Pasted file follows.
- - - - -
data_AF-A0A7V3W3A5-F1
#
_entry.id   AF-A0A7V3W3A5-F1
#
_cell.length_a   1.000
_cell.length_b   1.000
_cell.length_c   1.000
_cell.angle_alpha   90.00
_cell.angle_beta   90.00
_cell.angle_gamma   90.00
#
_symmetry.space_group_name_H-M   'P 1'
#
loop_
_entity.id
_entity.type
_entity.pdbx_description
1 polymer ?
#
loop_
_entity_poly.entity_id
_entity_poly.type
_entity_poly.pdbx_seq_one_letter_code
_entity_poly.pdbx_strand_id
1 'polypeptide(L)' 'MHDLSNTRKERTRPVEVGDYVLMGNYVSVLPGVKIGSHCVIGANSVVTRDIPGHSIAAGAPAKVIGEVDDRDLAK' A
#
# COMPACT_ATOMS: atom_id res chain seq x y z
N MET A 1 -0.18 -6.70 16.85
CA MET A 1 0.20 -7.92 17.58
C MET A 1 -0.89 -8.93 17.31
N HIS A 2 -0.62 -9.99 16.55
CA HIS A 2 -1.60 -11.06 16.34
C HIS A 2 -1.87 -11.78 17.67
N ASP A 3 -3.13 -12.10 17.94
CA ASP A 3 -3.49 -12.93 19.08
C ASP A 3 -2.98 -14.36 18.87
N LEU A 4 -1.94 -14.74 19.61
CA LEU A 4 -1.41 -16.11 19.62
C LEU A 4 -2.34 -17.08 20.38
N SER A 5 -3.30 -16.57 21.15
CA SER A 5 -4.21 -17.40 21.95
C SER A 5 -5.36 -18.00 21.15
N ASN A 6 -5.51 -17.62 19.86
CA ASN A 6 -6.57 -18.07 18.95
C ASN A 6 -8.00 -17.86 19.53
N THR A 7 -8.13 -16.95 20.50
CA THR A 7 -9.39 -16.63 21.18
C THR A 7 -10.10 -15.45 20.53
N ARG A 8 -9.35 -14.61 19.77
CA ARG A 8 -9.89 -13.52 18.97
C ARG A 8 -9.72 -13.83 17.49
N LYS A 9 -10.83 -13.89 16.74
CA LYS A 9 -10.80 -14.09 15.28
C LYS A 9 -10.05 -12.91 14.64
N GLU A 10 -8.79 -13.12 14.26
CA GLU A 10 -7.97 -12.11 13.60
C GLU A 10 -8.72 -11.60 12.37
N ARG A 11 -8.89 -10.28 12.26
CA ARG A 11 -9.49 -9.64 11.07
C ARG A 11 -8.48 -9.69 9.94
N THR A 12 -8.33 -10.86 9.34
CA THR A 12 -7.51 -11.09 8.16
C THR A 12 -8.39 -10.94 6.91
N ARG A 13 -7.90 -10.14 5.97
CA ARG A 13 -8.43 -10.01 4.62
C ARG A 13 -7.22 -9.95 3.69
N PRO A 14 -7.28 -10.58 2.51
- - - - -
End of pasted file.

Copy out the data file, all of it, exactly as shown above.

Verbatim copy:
data_AF-A0A7V3W3A5-F1
#
_entry.id   AF-A0A7V3W3A5-F1
#
_cell.length_a   1.000
_cell.length_b   1.000
_cell.length_c   1.000
_cell.angle_alpha   90.00
_cell.angle_beta   90.00
_cell.angle_gamma   90.00
#
_symmetry.space_group_name_H-M   'P 1'
#
loop_
_entity.id
_entity.type
_entity.pdbx_description
1 polymer ?
#
loop_
_entity_poly.entity_id
_entity_poly.type
_entity_poly.pdbx_seq_one_letter_code
_entity_poly.pdbx_strand_id
1 'polypeptide(L)' 'MHDLSNTRKERTRPVEVGDYVLMGNYVSVLPGVKIGSHCVIGANSVVTRDIPGHSIAAGAPAKVIGEVDDRDLAK' A
#
# COMPACT_ATOMS: atom_id res chain seq x y z
N MET A 1 -0.18 -6.70 16.85
CA MET A 1 0.20 -7.92 17.58
C MET A 1 -0.89 -8.93 17.31
N HIS A 2 -0.62 -9.99 16.55
CA HIS A 2 -1.60 -11.06 16.34
C HIS A 2 -1.87 -11.78 17.67
N ASP A 3 -3.13 -12.10 17.94
CA ASP A 3 -3.49 -12.93 19.08
C ASP A 3 -2.98 -14.36 18.87
N LEU A 4 -1.94 -14.74 19.61
CA LEU A 4 -1.41 -16.11 19.62
C LEU A 4 -2.34 -17.08 20.38
N SER A 5 -3.30 -16.57 21.15
CA SER A 5 -4.21 -17.40 21.95
C SER A 5 -5.36 -18.00 21.15
N ASN A 6 -5.51 -17.62 19.86
CA ASN A 6 -6.57 -18.07 18.95
C ASN A 6 -8.00 -17.86 19.53
N THR A 7 -8.13 -16.95 20.50
CA THR A 7 -9.39 -16.63 21.18
C THR A 7 -10.10 -15.45 20.53
N ARG A 8 -9.35 -14.61 19.77
CA ARG A 8 -9.89 -13.52 18.97
C ARG A 8 -9.72 -13.83 17.49
N LYS A 9 -10.83 -13.89 16.74
CA LYS A 9 -10.80 -14.09 15.28
C LYS A 9 -10.05 -12.91 14.64
N GLU A 10 -8.79 -13.12 14.26
CA GLU A 10 -7.97 -12.11 13.60
C GLU A 10 -8.72 -11.60 12.37
N ARG A 11 -8.89 -10.28 12.26
CA ARG A 11 -9.49 -9.64 11.07
C ARG A 11 -8.48 -9.69 9.94
N THR A 12 -8.33 -10.86 9.34
CA THR A 12 -7.51 -11.09 8.16
C THR A 12 -8.39 -10.94 6.91
N ARG A 13 -7.90 -10.14 5.97
CA ARG A 13 -8.43 -10.01 4.62
C ARG A 13 -7.22 -9.95 3.69
N PRO A 14 -7.28 -10.58 2.51